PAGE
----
This is the nightmare story of how I was defrauded out of $675 on eBay—and then charged another $675 on my credit card by PayPal (which is owned by eBay) without my authorization, so this huge financial services company can cover its costs while taking months to unravel what happened to my money—if it ever does.
Don’t use eBay and PayPal to sell gold or other valuables! You could be defrauded as I was—and then charged the amount of your loss to your credit card without your authorization by PayPal on top.
Heed my tale…and then help by spreading it far and wide!
Oct. 26, 2011 – I sell a $675 gold bar on eBay. The transaction goes through, the purchase paid for by one Edo Tanaka. I get an email from PayPal with the cheery subject line, “Edo K Tanaka has just sent you $675.00 USD with PayPal” with “Payment type: Instant.” My PayPal account shows the money in my account. I ship the gold piece toJapanby UPS (even though Mr. Tanaka suggested shipping via U.S. Postal Service, and didn’t request insurance. OK, red flag, my bad.)
Flawless transaction. Right?
Nov. 23, 2011 – about a month later, solely by chance, because I was looking at my PayPal account for another reason, (not because eBay or PayPal has a system in place to let account holders know when payments for eBay items have been reversed, mind you), I learn that my PayPal account SHOWS A NEGATIVE BALANCE OF $675.
Nov. 23-Nov. 28, 2011 – frantic emails to “Edo Tanaka.” You got the gold bar shipped by UPS, right? You’re reinstating payment through PayPal, right? This is all a misunderstanding, isn’t it? People are fundamentally good, not lying, cheating sacks of dung, right? I let eBay and PayPal know we have a situation here. I request a refund of the eBay online auction fees for selling my item (the “final value fee credit”), which eBay promises to do. I submit a copy of my UPS shipping manifest and open a Dispute case with PayPal. Theresa of eBay tells me I have an 80-90% chance of getting my money back. And she assures me eBay will revise “Edo’s” customer review rating to zero.
Nov. 25, 2011 – I get an unsolicited inquiry from fellow eBayer Jay Cash, who is also wondering what happened to HIS money, after selling and delivering a gold bar to “Edo Tanaka.”
And I notice that despite my alerts to eBay and PayPal, “Edo’s” eBay rating is still 5 stars! 100%! Little problem there, eBay: there is no way for a seller to go in and change a rating of a transaction once it’s been made.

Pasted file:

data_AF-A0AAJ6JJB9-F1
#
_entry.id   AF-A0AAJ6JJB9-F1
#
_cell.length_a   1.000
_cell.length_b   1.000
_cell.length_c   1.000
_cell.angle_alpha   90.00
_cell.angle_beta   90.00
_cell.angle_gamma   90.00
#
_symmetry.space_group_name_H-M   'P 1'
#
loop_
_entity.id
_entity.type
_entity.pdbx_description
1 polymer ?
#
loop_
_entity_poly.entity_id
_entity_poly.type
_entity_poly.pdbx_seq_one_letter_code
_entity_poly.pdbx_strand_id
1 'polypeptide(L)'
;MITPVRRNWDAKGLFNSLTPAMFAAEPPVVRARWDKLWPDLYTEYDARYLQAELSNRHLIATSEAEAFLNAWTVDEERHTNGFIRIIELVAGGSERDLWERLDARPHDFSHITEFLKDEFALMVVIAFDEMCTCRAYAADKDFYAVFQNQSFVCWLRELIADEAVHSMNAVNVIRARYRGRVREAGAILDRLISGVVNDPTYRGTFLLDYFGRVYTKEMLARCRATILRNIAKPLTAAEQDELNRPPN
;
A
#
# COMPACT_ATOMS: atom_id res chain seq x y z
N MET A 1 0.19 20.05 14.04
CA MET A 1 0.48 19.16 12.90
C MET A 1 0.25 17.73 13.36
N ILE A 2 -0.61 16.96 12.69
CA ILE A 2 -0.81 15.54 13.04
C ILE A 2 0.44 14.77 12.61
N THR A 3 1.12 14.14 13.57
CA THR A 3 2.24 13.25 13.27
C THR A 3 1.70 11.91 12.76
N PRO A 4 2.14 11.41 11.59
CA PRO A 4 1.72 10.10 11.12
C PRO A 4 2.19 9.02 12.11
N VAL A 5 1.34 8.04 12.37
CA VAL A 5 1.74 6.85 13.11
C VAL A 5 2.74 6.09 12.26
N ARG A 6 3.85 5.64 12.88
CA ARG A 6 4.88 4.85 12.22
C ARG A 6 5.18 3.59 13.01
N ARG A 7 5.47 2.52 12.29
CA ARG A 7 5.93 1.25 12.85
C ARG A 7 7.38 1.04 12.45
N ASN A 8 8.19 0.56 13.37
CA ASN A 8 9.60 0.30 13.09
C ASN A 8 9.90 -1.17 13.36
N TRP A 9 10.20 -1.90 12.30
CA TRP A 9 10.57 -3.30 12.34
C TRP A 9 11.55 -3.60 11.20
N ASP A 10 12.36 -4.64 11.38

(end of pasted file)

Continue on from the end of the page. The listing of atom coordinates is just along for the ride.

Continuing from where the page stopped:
Nov. 28, 2011 – I know…I’ll get international law enforcement on the case! I figure out by reading through long FAQs on PayPal/eBay (they do not make it easy for you to talk to a live representative by say, posting a toll-free number prominently on their websites), that because mine is a theft case crossing international borders, I need to submit a complaint to something called IC3. www.ic3.gov.
White hats will soon be riding into Toyota-shi, Aichi-ken, to escort Edo directly to the donjon!
Nov. 29, 2011 –having cycled through the first stage of grief (denial), I have moved on to rage. I get in touch by phone with PayPal. I learn the beginnings of how the “buyer” worked his scheme: by claiming the purchase was an unauthorized charge on his credit card. This is called a “chargeback.” PayPal agentSamantha,ID42112, lets me know the company is on my side, that they are investigating this buyer’s account, and that if there is a pattern of theft, they will collect evidence and submit it to his card issuer.
PayPal is fighting this on my behalf! Samantha says so, in those exact words! I’m flooded with gratitude for my financial institution!
Samantha also tells me the credit card issuer has 75-80 days to make decision, but it doesn’t usually take that long. I have a “good chance of getting my money back,” down from the 80-90% forecast from eBay a few days prior. Hmmmm.
I also try to email eBay through the My eBay message system, to request, again, that my 100% rating of Edo Tanaka be changed to 0%, and to bar him from eBay to protect other honest people whose money is at risk. I get a robo-email response stating my “email hasn?t been read,” and that I have to contact eBay by phone.
For someone who likes things in writing, this is not reassuring customer service.
Dec. 5, 2011 – eBay refunds my final value fee credit as promised. Praise be! I phone and ask eBay representative Robert to change Edo Tanaka’s eBay rating to 0%, since it still shows 5 stars. I’m told eBay has made him ineligible to bid on anything again, since he is now the subject of at least two non-paying complaints.
Next, I talk to PayPal. I learn from Jonathan, PayPal agent 525, that the company has designated the $675 I’m owed “Marked as unauthorized chargeback,” and they are communicating with the credit card company (used to make the purchase of my gold bar). If the credit card company in the end declines to pay, the transaction is then considered theft, and PayPal will provide documentation for referral to local law enforcement (white hats!!). Jonathan says PayPal’s next response date is Dec. 12.
By now, I am getting inklings of the dysfunction in eBay’s/PayPal’s customer protection/service systems. For example, while I’m a joint account holder with my husband on our PayPal account, he must authorize every conversation I have with PayPal, by getting on the phone with them first, since he was the opener of the account. It doesn’t matter that this is 2011 and not 1951, or that I am a joint holder of the bank account from which PayPal draws.